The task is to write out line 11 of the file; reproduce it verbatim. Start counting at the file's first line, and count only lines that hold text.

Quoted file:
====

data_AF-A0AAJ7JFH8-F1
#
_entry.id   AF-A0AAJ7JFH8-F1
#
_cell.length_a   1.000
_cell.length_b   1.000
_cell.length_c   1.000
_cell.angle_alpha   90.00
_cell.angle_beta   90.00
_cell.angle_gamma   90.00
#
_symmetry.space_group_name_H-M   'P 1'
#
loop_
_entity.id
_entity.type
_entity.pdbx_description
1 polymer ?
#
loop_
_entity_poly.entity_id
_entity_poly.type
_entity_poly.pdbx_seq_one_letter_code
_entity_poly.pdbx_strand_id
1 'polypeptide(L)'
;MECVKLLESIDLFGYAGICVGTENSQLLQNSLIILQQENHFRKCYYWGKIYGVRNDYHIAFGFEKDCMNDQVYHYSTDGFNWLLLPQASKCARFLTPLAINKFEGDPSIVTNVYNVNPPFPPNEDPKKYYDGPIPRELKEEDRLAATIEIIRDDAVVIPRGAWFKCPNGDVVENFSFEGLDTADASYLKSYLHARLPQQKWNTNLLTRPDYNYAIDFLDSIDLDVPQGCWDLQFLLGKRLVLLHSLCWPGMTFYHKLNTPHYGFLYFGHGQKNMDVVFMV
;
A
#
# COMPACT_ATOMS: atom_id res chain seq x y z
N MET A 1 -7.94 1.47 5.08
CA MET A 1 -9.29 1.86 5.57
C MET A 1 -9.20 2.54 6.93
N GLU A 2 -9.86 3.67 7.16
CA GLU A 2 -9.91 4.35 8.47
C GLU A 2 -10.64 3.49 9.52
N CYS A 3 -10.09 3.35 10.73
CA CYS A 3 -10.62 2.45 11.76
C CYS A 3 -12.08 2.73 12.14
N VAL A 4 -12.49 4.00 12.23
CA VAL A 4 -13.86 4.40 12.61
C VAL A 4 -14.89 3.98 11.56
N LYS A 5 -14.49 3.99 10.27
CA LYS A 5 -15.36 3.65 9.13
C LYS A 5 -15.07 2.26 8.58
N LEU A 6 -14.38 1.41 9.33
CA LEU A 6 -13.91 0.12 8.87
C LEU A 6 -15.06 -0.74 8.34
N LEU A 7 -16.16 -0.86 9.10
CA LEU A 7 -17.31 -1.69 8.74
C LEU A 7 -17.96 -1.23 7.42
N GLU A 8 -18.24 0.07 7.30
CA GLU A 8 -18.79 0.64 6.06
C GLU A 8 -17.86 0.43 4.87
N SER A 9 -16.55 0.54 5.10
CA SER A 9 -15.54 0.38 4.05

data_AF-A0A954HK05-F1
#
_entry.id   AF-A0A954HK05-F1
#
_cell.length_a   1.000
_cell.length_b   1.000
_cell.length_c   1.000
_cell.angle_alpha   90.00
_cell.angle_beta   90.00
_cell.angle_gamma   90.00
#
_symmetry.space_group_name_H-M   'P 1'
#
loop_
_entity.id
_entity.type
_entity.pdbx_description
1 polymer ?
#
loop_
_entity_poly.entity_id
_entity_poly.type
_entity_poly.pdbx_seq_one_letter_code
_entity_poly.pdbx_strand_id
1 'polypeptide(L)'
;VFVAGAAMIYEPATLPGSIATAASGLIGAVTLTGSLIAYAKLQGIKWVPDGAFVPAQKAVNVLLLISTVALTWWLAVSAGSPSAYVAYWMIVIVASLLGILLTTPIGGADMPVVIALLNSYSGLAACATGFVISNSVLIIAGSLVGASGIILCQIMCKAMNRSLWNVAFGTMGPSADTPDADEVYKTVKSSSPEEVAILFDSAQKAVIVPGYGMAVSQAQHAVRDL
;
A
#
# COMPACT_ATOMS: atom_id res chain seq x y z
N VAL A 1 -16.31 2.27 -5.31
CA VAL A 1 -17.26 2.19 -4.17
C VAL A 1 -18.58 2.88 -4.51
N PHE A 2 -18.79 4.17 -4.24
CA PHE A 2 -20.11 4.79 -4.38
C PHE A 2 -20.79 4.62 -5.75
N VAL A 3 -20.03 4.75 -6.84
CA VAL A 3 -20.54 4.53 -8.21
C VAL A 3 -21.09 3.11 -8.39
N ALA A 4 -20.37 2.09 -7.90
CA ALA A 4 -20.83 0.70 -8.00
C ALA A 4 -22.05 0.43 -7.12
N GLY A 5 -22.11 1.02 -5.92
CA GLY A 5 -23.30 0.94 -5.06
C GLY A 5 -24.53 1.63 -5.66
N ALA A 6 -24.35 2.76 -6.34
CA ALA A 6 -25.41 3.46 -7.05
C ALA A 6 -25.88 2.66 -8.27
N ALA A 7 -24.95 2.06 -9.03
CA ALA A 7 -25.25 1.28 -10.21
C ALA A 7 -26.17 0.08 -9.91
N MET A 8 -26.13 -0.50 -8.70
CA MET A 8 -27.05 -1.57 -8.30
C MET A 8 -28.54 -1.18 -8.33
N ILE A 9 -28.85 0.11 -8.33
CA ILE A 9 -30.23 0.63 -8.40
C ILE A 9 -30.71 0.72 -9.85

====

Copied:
#